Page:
Bose-Einstein pioneer Peter Engels elected APS fellow

By Will Ferguson, College of Arts & Sciences

Engels-80PULLMAN, Wash. – Peter Engels, professor of physics and astronomy, has been elected a fellow of the American Physical Society in recognition of his pioneering work studying Bose-Einstein condensates – clouds of atoms laser-cooled to the point where they behave like one wave instead of discrete particles.

“This recognition bears testimony to Washington State University’s strengths in physics and in the fundamental sciences in general, which form the basis for strong research endeavors at WSU,” Engels said.

His research is advancing fundamental understanding of the laws of quantum physics. This could eventually help in the development of ultrapowerful quantum computers and a wide variety of advanced sensors for taking measurements of quantities such as gravity, rotations and magnetic fields.

“Dr. Engels was the first to create a Bose-Einstein condensate in the Inland and Pacific Northwest in 2006, soon after he joined our university,” said Sukanta Bose, interim chair and professor of physics and astronomy. “We are proud that the American Physical Society has accorded him this prestigious honor for the path-breaking studies he has carried out at WSU.”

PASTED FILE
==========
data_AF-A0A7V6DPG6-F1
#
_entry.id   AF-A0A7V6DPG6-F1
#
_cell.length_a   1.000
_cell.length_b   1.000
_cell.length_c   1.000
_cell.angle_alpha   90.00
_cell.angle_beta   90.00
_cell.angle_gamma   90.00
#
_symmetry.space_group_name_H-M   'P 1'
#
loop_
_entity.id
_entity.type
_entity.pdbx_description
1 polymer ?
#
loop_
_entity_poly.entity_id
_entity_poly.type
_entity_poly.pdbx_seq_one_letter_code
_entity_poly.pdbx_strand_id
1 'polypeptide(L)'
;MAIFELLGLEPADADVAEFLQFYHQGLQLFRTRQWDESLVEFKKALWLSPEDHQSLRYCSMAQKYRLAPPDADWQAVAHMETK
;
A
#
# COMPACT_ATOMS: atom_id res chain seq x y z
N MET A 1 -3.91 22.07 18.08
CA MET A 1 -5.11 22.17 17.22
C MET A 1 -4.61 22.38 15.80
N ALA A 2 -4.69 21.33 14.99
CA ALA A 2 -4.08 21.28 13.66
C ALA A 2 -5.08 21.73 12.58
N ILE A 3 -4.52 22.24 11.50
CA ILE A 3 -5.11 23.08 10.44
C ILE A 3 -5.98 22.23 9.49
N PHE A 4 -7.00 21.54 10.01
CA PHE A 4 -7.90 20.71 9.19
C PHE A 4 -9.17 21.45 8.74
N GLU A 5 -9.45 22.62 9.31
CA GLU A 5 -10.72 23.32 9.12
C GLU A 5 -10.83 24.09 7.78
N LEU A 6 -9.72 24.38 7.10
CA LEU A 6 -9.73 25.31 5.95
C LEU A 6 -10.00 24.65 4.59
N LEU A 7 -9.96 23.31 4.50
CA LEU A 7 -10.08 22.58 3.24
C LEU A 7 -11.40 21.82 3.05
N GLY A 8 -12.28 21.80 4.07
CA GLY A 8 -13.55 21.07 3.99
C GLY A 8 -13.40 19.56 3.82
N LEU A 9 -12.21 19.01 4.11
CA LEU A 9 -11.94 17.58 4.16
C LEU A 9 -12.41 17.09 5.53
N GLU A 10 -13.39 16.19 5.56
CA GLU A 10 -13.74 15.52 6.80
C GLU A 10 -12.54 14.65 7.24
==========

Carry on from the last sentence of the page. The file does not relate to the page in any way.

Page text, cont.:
Engels’ undergraduate and graduate students benefit from his hands-on approach to instruction and are regularly honored with prestigious recognitions like the Fulbright Award and the Leon J. and Barbara W. Radziemski Graduate Fellowship in the Sciences. He teaches introductory and graduate level courses in quantum mechanics.

APS fellowship is limited to no more than one half of one percent of the membership. Engels was recommended for fellowship by his peers in the division of atomic, molecular and optical physics. His official citation is “for pioneering experimental studies in superfluid hydrodynamics and other work in Bose-Einstein condensation.”